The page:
by Staff Writers
Paris, France (SPX) Dec 11, 2012
ATMEA, the 50/50 Joint Venture between AREVA and Mitsubishi Heavy Industries (MHI), held yesterday its first regional ATMEA Day in Rio de Janeiro to present the ATMEA1 reactor design and the company's localization strategy for its construction in Brazil.
Bringing together about 100 participants representing the main Brazilian nuclear stakeholders, the full-day event was a real success and a good and promising start for future collaboration with the Brazilian industry.
ATMEA, along with its two parent companies, AREVA and MHI, is firmly committed to supporting Brazil's nuclear new-builds program and involving the local industry as part of its localization strategy.
"Industrial expertise and experience are keys to the success of any nuclear project. ATMEA is therefore committed to working together with Brazil's industry through mutually beneficial partnerships to make Brazil's nuclear new-builds program a real success," said Philippe Namy, ATMEA President and CEO, at the event.
"This ATMEA Day has opened up promising opportunities for collaboration with local suppliers in Brazil. We are looking at developing long-lasting partnerships for future nuclear projects in Brazil and beyond".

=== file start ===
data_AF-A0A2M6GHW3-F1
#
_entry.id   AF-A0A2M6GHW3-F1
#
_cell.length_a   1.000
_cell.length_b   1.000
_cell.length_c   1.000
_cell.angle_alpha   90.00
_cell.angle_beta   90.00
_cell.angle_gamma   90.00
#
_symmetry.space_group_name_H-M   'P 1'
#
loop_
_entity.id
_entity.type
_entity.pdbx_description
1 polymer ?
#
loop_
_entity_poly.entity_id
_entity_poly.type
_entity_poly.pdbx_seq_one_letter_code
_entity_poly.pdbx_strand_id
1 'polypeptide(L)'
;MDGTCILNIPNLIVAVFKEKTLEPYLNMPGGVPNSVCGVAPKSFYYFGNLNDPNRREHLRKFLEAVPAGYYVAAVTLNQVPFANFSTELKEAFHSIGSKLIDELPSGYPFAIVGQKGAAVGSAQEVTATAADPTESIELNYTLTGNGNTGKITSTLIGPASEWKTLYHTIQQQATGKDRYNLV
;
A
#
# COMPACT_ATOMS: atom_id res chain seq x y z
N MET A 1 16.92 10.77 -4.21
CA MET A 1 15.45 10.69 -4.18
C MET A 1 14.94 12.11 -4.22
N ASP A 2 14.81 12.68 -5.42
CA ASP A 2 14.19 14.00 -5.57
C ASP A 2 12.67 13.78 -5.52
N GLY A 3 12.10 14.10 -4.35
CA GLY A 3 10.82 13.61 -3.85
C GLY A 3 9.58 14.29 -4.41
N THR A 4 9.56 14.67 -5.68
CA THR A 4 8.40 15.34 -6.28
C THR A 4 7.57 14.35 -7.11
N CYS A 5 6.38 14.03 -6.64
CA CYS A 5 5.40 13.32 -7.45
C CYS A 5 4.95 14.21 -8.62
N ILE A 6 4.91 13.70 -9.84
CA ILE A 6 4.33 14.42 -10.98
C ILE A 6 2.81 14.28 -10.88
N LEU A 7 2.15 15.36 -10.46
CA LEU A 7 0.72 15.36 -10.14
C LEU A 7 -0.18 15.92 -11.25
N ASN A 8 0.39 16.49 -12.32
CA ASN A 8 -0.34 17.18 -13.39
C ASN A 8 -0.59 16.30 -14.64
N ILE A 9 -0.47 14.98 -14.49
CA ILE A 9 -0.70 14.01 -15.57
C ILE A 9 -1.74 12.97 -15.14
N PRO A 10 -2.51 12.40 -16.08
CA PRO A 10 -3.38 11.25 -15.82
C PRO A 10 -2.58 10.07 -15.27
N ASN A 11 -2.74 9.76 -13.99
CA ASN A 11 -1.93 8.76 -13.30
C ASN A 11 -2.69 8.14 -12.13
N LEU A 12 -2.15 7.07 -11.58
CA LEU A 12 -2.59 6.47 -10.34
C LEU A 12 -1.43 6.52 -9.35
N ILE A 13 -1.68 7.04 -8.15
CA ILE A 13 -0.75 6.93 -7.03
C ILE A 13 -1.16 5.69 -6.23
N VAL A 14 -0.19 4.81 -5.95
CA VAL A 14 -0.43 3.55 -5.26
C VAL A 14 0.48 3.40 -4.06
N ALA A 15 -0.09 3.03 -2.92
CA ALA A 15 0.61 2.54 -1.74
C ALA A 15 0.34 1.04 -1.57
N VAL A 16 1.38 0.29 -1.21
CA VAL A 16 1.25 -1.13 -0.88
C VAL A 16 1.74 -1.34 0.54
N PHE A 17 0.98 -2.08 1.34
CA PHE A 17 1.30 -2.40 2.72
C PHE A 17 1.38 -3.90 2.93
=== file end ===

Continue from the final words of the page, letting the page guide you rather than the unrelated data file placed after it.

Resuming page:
The ATMEA1 reactor is an evolutionary Generation III+ medium-sized pressurized water reactor (PWR) embedding proven technologies and providing top level safety as well as high economical and operational performance.
As such, it is the best response to Brazil's energy needs and constraints. Perfectly adaptable to Brazil's grid requirements, the ATMEA1 reactor can provide Brazilian utilities with advanced operational flexibility.
The ATMEA1 reactor has already been pre-selected in Jordan and pre-qualified in Argentina for those countries' nuclear new-builds programs. ATMEA is also looking at other opportunities in Asia, where utilities have expressed interest in the ATMEA1 reactor.
In the next decade, Brazil's energy demand is expected to increase by around 50% with electricity consumption growing at an average rate of 4.5% annually.
Brazil, which currently has two nuclear reactors that generate 3.2% of its electricity, therefore intends to expand its nuclear new-builds program with the construction of new reactors (4,000 MW to 8,000 MW total capacity) by 2030 in order to diversify its energy mix, which is presently heavily dependent on hydro power (more than 90%).
ATMEA, backed by AREVA and MHI, is ready to bring to Brazil all the necessary technology to develop its nuclear industry, create job opportunities and become a major nuclear player in the region.
Mitsubishi Heavy Industries (MHI)
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